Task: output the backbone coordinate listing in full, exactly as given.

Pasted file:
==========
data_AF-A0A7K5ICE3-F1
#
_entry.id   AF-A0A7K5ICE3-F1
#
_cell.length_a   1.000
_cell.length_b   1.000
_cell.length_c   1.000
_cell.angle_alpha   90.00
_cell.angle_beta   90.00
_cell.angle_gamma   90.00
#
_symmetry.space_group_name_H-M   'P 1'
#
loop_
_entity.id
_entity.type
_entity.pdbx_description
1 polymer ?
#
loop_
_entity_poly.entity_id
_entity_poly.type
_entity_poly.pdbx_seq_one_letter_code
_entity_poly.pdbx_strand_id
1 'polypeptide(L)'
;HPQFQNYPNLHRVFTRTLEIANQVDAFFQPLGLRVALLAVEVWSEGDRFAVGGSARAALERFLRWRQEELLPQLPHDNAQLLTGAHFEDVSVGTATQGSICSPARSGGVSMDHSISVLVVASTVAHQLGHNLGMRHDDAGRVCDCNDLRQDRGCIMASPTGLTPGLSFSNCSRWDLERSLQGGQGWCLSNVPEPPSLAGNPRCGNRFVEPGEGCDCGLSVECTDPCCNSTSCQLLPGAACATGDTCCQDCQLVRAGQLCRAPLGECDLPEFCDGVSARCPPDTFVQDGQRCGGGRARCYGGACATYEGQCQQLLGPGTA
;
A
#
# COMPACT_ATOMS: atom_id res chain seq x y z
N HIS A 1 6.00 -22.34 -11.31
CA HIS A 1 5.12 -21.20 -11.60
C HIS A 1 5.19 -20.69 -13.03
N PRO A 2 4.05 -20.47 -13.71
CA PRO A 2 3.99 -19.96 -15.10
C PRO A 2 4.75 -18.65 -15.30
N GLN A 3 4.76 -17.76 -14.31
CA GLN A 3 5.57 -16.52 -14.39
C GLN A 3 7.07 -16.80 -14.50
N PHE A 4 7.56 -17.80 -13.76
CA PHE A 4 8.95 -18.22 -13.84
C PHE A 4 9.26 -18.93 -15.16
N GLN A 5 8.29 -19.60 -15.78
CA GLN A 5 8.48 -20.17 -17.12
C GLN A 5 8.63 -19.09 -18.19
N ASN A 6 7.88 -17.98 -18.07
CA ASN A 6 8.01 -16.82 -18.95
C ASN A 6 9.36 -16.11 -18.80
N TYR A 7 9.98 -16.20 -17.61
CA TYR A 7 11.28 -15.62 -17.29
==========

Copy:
data_AF-A0A7K5ICE3-F1
#
_entry.id   AF-A0A7K5ICE3-F1
#
_cell.length_a   1.000
_cell.length_b   1.000
_cell.length_c   1.000
_cell.angle_alpha   90.00
_cell.angle_beta   90.00
_cell.angle_gamma   90.00
#
_symmetry.space_group_name_H-M   'P 1'
#
loop_
_entity.id
_entity.type
_entity.pdbx_description
1 polymer ?
#
loop_
_entity_poly.entity_id
_entity_poly.type
_entity_poly.pdbx_seq_one_letter_code
_entity_poly.pdbx_strand_id
1 'polypeptide(L)'
;HPQFQNYPNLHRVFTRTLEIANQVDAFFQPLGLRVALLAVEVWSEGDRFAVGGSARAALERFLRWRQEELLPQLPHDNAQLLTGAHFEDVSVGTATQGSICSPARSGGVSMDHSISVLVVASTVAHQLGHNLGMRHDDAGRVCDCNDLRQDRGCIMASPTGLTPGLSFSNCSRWDLERSLQGGQGWCLSNVPEPPSLAGNPRCGNRFVEPGEGCDCGLSVECTDPCCNSTSCQLLPGAACATGDTCCQDCQLVRAGQLCRAPLGECDLPEFCDGVSARCPPDTFVQDGQRCGGGRARCYGGACATYEGQCQQLLGPGTA
;
A
#
# COMPACT_ATOMS: atom_id res chain seq x y z
N HIS A 1 6.00 -22.34 -11.31
CA HIS A 1 5.12 -21.20 -11.60
C HIS A 1 5.19 -20.69 -13.03
N PRO A 2 4.05 -20.47 -13.71
CA PRO A 2 3.99 -19.96 -15.10
C PRO A 2 4.75 -18.65 -15.30
N GLN A 3 4.76 -17.76 -14.31
CA GLN A 3 5.57 -16.52 -14.39
C GLN A 3 7.07 -16.80 -14.50
N PHE A 4 7.56 -17.80 -13.76
CA PHE A 4 8.95 -18.22 -13.84
C PHE A 4 9.26 -18.93 -15.16
N GLN A 5 8.29 -19.60 -15.78
CA GLN A 5 8.48 -20.17 -17.12
C GLN A 5 8.63 -19.09 -18.19
N ASN A 6 7.88 -17.98 -18.07
CA ASN A 6 8.01 -16.82 -18.95
C ASN A 6 9.36 -16.11 -18.80
N TYR A 7 9.98 -16.20 -17.61
CA TYR A 7 11.28 -15.62 -17.29